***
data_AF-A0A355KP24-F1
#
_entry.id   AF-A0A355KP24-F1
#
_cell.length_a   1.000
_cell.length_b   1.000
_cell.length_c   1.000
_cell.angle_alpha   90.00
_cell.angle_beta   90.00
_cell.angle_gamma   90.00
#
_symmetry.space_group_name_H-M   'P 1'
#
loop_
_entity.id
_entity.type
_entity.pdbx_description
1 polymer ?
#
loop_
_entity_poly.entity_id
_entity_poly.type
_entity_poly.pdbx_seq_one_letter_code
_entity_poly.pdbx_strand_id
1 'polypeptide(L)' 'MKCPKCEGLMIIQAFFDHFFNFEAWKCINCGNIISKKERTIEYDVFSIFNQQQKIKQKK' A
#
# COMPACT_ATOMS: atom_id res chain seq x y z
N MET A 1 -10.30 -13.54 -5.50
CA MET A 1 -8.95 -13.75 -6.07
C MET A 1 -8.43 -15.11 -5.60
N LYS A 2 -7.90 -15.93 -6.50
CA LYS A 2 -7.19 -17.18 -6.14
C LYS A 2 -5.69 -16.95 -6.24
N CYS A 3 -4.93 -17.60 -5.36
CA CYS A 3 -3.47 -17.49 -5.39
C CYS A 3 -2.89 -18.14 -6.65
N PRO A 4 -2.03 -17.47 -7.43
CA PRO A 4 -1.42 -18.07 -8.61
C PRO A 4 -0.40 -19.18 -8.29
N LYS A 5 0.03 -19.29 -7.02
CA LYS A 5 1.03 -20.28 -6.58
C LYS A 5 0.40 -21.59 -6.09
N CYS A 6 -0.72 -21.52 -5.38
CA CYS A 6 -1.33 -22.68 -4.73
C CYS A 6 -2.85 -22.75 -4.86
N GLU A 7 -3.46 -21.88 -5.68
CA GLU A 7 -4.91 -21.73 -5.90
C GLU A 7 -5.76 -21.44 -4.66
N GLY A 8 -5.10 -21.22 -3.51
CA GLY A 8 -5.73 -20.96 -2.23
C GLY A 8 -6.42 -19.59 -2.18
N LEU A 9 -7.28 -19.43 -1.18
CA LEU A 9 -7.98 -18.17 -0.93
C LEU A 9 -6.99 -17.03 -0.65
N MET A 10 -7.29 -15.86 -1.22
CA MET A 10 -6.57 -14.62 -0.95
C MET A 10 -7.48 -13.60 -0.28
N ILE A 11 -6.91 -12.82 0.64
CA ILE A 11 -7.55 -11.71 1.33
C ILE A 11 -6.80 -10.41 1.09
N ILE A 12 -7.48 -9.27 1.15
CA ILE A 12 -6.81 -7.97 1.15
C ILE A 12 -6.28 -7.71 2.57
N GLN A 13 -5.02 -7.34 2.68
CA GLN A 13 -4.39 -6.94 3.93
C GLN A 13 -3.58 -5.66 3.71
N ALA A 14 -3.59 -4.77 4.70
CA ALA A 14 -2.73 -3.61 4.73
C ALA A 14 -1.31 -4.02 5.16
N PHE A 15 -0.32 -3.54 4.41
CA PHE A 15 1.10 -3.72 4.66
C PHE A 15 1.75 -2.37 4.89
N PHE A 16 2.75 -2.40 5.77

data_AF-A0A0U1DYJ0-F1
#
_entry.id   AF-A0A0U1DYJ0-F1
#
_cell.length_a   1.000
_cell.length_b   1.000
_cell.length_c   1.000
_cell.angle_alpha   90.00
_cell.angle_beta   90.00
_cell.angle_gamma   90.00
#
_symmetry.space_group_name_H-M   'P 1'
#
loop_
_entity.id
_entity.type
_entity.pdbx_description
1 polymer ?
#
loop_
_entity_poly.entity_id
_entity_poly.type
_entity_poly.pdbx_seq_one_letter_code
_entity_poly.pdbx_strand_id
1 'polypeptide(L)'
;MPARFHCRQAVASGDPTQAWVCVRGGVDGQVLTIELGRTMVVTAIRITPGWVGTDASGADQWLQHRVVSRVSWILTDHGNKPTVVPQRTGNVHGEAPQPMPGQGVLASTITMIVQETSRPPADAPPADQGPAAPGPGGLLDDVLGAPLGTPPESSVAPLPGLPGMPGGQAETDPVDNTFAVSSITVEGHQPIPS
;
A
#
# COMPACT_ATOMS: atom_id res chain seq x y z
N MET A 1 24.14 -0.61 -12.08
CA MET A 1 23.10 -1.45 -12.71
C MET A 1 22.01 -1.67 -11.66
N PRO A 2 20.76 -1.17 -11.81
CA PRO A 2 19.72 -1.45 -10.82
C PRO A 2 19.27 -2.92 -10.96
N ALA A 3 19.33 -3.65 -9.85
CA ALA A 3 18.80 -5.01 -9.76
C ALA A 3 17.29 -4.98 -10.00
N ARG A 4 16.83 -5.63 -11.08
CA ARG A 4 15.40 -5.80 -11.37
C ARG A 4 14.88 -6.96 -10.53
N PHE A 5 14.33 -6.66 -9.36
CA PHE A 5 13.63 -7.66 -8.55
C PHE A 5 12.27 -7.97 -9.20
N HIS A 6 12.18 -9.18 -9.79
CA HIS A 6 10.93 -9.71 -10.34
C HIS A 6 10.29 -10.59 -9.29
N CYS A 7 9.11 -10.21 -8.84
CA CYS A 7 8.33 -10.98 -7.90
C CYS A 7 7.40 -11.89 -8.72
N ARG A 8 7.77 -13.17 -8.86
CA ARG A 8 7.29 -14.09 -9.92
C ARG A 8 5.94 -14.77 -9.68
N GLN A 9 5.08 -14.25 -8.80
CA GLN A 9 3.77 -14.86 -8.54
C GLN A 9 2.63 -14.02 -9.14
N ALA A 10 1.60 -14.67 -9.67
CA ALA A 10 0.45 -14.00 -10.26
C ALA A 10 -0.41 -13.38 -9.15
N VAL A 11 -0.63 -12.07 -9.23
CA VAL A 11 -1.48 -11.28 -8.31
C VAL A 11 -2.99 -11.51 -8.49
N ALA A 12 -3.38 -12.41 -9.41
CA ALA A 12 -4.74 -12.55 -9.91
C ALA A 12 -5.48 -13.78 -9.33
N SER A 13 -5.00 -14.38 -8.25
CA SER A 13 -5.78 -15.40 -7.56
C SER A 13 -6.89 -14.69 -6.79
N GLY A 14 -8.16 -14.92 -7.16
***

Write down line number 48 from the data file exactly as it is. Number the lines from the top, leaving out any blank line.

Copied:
C GLU A 7 -5.76 -21.44 -4.66